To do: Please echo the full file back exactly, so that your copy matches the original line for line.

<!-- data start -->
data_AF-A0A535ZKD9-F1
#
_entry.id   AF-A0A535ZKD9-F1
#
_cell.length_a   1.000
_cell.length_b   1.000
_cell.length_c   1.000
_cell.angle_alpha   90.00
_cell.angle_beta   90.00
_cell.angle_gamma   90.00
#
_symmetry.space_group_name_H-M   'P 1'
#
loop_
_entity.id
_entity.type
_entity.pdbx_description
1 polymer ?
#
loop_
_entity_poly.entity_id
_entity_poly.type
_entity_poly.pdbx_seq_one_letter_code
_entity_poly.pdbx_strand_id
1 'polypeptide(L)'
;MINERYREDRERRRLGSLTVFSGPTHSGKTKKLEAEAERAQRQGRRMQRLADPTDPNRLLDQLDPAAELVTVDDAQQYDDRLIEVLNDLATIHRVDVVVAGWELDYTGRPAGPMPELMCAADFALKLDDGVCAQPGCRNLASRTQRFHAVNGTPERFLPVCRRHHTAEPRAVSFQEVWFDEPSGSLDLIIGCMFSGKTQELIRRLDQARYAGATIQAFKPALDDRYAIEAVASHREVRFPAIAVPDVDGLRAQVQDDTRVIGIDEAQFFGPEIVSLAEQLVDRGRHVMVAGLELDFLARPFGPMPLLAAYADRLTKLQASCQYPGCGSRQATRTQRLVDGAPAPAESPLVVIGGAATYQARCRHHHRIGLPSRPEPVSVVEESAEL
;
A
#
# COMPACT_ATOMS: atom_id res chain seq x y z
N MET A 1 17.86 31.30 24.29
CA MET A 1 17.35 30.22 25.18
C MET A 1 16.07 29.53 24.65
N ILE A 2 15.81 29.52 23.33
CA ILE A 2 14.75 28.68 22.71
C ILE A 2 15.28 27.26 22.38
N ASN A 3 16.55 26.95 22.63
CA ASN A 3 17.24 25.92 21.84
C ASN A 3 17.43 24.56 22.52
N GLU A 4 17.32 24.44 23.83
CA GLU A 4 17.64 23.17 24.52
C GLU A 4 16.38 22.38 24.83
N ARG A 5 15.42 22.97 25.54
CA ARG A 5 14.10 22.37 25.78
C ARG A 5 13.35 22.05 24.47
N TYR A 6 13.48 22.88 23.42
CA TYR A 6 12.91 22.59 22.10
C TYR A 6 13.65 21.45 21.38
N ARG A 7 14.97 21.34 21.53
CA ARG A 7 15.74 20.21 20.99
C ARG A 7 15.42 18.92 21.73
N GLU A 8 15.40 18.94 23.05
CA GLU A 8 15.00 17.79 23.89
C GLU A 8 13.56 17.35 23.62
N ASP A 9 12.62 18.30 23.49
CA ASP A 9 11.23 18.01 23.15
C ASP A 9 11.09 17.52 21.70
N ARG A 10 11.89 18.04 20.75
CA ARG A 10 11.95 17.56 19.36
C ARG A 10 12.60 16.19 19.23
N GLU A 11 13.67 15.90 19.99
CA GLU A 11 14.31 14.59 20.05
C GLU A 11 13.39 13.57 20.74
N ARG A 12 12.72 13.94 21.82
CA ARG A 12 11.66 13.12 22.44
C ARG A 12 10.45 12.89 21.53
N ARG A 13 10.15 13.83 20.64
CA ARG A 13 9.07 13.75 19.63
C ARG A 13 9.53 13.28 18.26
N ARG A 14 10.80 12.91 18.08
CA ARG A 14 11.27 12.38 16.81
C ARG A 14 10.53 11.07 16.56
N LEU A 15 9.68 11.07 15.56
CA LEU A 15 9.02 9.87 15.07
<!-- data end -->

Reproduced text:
data_AF-A0A535ZKD9-F1
#
_entry.id   AF-A0A535ZKD9-F1
#
_cell.length_a   1.000
_cell.length_b   1.000
_cell.length_c   1.000
_cell.angle_alpha   90.00
_cell.angle_beta   90.00
_cell.angle_gamma   90.00
#
_symmetry.space_group_name_H-M   'P 1'
#
loop_
_entity.id
_entity.type
_entity.pdbx_description
1 polymer ?
#
loop_
_entity_poly.entity_id
_entity_poly.type
_entity_poly.pdbx_seq_one_letter_code
_entity_poly.pdbx_strand_id
1 'polypeptide(L)'
;MINERYREDRERRRLGSLTVFSGPTHSGKTKKLEAEAERAQRQGRRMQRLADPTDPNRLLDQLDPAAELVTVDDAQQYDDRLIEVLNDLATIHRVDVVVAGWELDYTGRPAGPMPELMCAADFALKLDDGVCAQPGCRNLASRTQRFHAVNGTPERFLPVCRRHHTAEPRAVSFQEVWFDEPSGSLDLIIGCMFSGKTQELIRRLDQARYAGATIQAFKPALDDRYAIEAVASHREVRFPAIAVPDVDGLRAQVQDDTRVIGIDEAQFFGPEIVSLAEQLVDRGRHVMVAGLELDFLARPFGPMPLLAAYADRLTKLQASCQYPGCGSRQATRTQRLVDGAPAPAESPLVVIGGAATYQARCRHHHRIGLPSRPEPVSVVEESAEL
;
A
#
# COMPACT_ATOMS: atom_id res chain seq x y z
N MET A 1 17.86 31.30 24.29
CA MET A 1 17.35 30.22 25.18
C MET A 1 16.07 29.53 24.65
N ILE A 2 15.81 29.52 23.33
CA ILE A 2 14.75 28.68 22.71
C ILE A 2 15.28 27.26 22.38
N ASN A 3 16.55 26.95 22.63
CA ASN A 3 17.24 25.92 21.84
C ASN A 3 17.43 24.56 22.52
N GLU A 4 17.32 24.44 23.83
CA GLU A 4 17.64 23.17 24.52
C GLU A 4 16.38 22.38 24.83
N ARG A 5 15.42 22.97 25.54
CA ARG A 5 14.10 22.37 25.78
C ARG A 5 13.35 22.05 24.47
N TYR A 6 13.48 22.88 23.42
CA TYR A 6 12.91 22.59 22.10
C TYR A 6 13.65 21.45 21.38
N ARG A 7 14.97 21.34 21.53
CA ARG A 7 15.74 20.21 20.99
C ARG A 7 15.42 18.92 21.73
N GLU A 8 15.40 18.94 23.05
CA GLU A 8 15.00 17.79 23.89
C GLU A 8 13.56 17.35 23.62
N ASP A 9 12.62 18.30 23.49
CA ASP A 9 11.23 18.01 23.15
C ASP A 9 11.09 17.52 21.70
N ARG A 10 11.89 18.04 20.75
CA ARG A 10 11.95 17.56 19.36
C ARG A 10 12.60 16.19 19.23
N GLU A 11 13.67 15.90 19.99
CA GLU A 11 14.31 14.59 20.05
C GLU A 11 13.39 13.57 20.74
N ARG A 12 12.72 13.94 21.82
CA ARG A 12 11.66 13.12 22.44
C ARG A 12 10.45 12.89 21.53
N ARG A 13 10.15 13.83 20.64
CA ARG A 13 9.07 13.75 19.63
C ARG A 13 9.53 13.28 18.26
N ARG A 14 10.80 12.91 18.08
CA ARG A 14 11.27 12.38 16.81
C ARG A 14 10.53 11.07 16.56
N LEU A 15 9.68 11.07 15.56
CA LEU A 15 9.02 9.87 15.07